"We are all looking at Egypt and wondering when that day will come here. I confidently predict that it will come within my son’s lifetime if things don’t change."
I suppose I've been wondering the same thing. Somebody in the comments pointed out that it had been a bloodless revolution in Egypt, and that was how it should be done. It seems to be the fashion, ever since the Czech 'velvet revolution' 20 or so years ago, to have bloodless revolutions. No more tumbrils carrying aristos to their appointments with Madame Guillotine. Revolutions aren't what they used to be.
Maybe the same thing, or something very like it, will happen here. But I don't see it happening any time soon. I think that what's more likely is that, buried under an ever-growing burden of taxes and rules and regulations, the real economy will simply be unable to support it all any more. Just like a horse can't be laden with more than a certain load without buckling under the weight. The real economy now supports a vast wedding-cake superstructure of government, employing millions of bureaucrats and pen-pushers and finger-waggers whose sole job in life is to invent and enforce thousands of unnecessary and hobbling rules and regulations. There's been a veritable torrent of new laws over the past decade, the principal effect of which has been to make life worse for everybody.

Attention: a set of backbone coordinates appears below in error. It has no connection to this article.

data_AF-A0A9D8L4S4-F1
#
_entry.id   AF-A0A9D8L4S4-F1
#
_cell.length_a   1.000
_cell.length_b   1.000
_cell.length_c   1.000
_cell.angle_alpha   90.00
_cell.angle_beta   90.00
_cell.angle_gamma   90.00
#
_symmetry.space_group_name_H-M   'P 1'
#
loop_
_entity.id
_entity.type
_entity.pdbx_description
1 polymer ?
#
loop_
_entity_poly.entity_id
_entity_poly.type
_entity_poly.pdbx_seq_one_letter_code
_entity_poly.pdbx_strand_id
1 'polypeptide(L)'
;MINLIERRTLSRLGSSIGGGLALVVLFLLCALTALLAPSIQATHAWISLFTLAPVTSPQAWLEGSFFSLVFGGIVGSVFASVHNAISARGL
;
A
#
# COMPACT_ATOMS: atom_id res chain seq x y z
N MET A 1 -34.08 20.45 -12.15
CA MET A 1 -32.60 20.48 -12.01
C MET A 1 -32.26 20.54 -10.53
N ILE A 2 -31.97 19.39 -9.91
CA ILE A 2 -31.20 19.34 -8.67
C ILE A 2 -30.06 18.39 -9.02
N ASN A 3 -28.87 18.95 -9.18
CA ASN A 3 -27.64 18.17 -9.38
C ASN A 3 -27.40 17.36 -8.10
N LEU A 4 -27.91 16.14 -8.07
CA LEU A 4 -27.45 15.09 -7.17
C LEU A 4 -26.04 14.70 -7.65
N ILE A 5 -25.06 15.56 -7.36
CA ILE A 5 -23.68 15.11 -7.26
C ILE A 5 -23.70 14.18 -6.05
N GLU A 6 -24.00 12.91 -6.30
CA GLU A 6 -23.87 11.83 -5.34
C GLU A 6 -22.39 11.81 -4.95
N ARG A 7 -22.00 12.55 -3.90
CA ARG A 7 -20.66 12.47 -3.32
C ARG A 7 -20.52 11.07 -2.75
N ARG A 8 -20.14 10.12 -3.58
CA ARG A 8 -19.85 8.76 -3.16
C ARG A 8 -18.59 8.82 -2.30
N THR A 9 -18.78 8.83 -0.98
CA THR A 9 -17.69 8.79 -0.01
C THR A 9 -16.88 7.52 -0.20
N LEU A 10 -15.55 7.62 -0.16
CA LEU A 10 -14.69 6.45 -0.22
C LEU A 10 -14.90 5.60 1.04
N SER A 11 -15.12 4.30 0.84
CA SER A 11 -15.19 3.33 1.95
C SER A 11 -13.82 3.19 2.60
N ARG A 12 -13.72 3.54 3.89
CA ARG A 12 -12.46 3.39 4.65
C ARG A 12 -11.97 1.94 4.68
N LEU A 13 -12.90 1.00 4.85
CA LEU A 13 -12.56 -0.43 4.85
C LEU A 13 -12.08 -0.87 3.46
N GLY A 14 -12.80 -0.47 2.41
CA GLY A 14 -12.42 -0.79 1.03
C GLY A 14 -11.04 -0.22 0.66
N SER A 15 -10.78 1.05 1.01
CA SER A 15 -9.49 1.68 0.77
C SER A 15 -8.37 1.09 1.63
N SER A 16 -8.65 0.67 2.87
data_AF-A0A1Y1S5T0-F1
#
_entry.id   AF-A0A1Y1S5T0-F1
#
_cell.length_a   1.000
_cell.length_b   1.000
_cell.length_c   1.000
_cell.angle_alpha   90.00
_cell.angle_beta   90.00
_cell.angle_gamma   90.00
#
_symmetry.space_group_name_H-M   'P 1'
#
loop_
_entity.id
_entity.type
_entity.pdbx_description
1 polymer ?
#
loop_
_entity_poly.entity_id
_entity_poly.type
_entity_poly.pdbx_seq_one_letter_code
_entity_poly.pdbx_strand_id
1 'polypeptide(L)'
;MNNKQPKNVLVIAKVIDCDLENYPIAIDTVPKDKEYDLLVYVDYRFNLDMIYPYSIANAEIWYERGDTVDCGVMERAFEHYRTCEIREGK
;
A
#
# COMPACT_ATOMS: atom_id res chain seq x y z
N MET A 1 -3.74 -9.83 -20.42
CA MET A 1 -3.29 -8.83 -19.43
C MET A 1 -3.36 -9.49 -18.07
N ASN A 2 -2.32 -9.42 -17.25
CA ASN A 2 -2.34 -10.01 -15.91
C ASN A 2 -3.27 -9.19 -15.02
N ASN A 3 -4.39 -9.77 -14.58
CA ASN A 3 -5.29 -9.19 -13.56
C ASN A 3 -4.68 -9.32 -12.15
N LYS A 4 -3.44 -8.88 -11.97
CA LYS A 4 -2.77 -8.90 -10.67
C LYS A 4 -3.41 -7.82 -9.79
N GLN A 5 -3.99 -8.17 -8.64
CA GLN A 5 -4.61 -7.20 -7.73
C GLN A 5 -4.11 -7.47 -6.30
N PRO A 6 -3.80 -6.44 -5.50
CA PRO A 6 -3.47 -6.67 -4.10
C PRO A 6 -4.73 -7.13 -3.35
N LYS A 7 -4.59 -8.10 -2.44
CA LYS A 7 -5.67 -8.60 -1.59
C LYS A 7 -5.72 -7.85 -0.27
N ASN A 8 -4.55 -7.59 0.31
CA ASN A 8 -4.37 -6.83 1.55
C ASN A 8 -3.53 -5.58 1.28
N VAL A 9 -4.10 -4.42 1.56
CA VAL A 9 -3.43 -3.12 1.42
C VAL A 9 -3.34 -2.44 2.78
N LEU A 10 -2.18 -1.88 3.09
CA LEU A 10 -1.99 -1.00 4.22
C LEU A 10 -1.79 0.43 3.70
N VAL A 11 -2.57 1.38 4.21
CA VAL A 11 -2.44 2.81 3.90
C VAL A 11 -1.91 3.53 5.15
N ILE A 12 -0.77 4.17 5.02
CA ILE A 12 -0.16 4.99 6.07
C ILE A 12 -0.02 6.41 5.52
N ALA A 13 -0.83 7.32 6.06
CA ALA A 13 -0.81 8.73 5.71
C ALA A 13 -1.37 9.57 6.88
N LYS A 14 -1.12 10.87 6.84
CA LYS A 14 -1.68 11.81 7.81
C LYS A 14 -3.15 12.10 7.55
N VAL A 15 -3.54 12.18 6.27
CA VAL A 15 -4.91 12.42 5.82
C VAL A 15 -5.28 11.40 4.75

And it's becoming insupportable. The horse's knees are ready to buckle. And when they finally do fail, the tax revenues will dry up, and there'll be nothing with which to pay the army of bureaucrats and meddlers. And they'll be laid off. And with that the din of propaganda about smoking and drinking and global warming will end. The finger-pointers and do-gooders and busybodies will join the ranks of the unemployed (and most likely the ranks of the unemployable).
Trouble is, the good solicitor probably wouldn't like this new army of unemployed people "leeching off the rest of us" any more than he liked them in their previous incarnation as taxpayer-funded government busybodies. But which is better? Paying them to do nothing, or paying them a lot more to invent and enforce thousands of interfering rules and regulations? The unemployed, bless 'em, don't do anyone any harm. But government busybodies actively make life hell for everybody.